I personally found the address taking part absolutely invaluable - I purchased a faulty netbook from someone who was leaving the UK and took it to PC World. All I had was a vague purchase date and the name and address of the original purchaser but they quickly and readily came up with a printed proof of purchase and I was able to get a replacement under warranty without any problem. As others have pointed out, it's not always sinister and quite often it can work to the purchaser's benefit not the retailer's. Although it can be a drag being asked, I know that if (as I often do) mislay an invoice after 6 months or so, I can still take a faulty item back to a store.
  • Paul S.
    PC World make the same point above Fi, and I don't think that anyone would disagree that it's helpful in those situations. I think the problem is what else PC World is doing with the data; they're adding details to mailing lists without permission - as they themselves point out in the quote above - and that's more than just a little naughty.
  • Jakg
    Give them a fake name / address then, and simply stable a piece of paper with "your" name and address to the receipt. If you use the same name and address for all of these things then you won't forget it...
  • HCARter
    Your personal data is for sale at Nine Elms Sunday Market!! There are hundreds of items that have obviously been returned to PC World because they are faulty and these items have a label on them with the name, address and often the phone number of the person who has returned them. You can pick them up and read them if you really want to you can buy them. My advice is, that if you are returning an item to PC World give them false information or your details could end up in box at my local market too.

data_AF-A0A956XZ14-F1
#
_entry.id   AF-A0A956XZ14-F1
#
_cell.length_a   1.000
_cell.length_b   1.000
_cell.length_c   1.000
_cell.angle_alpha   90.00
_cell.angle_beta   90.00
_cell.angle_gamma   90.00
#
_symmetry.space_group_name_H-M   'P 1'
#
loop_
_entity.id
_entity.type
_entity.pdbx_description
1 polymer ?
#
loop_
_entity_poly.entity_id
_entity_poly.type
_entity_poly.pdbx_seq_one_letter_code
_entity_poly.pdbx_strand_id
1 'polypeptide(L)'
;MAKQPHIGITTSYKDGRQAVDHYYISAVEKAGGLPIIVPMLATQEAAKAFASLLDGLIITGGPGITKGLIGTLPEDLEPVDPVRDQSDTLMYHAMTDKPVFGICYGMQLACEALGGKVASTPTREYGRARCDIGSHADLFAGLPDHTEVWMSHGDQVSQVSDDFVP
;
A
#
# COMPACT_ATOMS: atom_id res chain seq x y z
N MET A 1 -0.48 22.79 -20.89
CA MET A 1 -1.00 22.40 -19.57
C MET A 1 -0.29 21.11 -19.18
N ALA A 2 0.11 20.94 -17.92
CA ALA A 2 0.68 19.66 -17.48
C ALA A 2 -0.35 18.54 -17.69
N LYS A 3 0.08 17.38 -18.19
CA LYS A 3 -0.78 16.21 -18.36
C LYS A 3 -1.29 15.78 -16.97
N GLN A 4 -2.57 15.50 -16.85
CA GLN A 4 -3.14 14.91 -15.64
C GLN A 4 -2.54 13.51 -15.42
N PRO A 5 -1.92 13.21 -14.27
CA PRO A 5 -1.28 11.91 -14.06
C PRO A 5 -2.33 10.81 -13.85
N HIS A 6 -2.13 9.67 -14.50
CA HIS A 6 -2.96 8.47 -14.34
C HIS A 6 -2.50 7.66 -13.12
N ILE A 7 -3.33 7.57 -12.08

• Anonymous
    Strange thing about their data collecting is that it's very inconsistent. I was forced to go to PC World last Sunday in the middle of a disaster recovery operation at a company's premises - to buy some 10/100 switches. Person in front of me buying 1 ream of A4 paper (for £7!!!) and was asked "Is this for Personal or Business use, sir?". I was buying FOUR ridiculously priced 8 port switches (£25 each, but the company was paying since it was the only way to get their business up and running again that day) and they didn't ask anything.....
  • 5 B.
    [...] Laptops Our friends at DSG International, who own Currys and PC World, have this morning announced that like-for-like sales of computer equipment have plummeted by 11 [...]
  • Jakg
    They are meant to ask (some people claim their new PS3 game for business use!), but if a queue appears and the manager isn't watching then you can skip it to save time :p
  • Sir_Tuesday